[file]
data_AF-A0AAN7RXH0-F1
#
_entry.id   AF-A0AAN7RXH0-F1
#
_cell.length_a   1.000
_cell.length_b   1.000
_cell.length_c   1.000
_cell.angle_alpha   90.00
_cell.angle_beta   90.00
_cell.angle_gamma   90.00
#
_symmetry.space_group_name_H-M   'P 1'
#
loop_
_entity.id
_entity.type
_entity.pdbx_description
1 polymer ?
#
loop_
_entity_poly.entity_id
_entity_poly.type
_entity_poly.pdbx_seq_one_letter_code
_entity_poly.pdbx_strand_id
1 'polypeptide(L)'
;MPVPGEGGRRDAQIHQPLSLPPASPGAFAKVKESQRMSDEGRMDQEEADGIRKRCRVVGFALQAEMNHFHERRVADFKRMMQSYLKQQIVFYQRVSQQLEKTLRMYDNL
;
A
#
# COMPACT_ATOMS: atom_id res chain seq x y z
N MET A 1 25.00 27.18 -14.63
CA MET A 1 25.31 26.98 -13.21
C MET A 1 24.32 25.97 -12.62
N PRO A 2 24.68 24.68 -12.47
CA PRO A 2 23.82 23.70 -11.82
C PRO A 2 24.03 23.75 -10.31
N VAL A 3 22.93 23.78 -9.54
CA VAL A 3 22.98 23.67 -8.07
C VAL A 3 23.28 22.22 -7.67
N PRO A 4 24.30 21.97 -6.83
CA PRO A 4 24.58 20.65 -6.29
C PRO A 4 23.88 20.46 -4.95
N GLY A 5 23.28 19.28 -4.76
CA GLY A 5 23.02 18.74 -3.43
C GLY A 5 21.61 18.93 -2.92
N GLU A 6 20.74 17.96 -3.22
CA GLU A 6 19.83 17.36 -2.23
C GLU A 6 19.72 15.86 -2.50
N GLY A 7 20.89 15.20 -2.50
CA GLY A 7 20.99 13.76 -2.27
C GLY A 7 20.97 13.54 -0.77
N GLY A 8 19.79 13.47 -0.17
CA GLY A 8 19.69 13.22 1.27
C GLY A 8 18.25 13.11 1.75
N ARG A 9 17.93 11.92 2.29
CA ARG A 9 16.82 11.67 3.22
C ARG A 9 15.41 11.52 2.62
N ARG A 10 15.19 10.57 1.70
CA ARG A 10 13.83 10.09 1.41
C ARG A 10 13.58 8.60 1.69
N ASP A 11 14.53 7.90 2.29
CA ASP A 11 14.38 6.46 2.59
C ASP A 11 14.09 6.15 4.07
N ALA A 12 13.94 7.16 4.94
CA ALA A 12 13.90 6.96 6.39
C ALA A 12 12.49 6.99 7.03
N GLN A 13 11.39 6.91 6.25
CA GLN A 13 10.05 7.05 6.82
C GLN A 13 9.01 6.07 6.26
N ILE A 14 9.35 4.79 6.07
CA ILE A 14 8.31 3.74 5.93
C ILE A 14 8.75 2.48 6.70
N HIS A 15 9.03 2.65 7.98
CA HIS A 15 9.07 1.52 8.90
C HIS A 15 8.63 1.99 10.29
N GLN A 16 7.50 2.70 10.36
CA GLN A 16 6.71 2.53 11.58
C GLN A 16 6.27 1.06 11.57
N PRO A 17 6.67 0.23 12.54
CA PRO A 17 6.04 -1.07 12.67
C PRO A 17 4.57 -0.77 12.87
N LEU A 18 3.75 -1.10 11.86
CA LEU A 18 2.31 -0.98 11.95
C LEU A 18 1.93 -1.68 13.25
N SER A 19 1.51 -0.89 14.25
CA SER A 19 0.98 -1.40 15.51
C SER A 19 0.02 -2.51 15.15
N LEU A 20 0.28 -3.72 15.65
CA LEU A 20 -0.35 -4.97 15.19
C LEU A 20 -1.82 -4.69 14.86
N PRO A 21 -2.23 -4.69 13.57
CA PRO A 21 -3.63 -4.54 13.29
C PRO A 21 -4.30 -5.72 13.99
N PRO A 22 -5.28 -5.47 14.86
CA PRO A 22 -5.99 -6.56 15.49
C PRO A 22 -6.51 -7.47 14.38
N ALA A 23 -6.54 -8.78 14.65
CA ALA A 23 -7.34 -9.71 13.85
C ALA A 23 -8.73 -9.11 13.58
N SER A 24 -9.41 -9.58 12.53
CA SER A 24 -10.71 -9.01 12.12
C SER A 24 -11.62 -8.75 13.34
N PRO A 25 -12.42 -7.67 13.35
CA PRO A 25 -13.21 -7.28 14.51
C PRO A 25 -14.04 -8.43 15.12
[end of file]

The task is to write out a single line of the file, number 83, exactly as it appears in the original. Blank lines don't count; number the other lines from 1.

CA LEU A 18 2.31 -0.98 11.95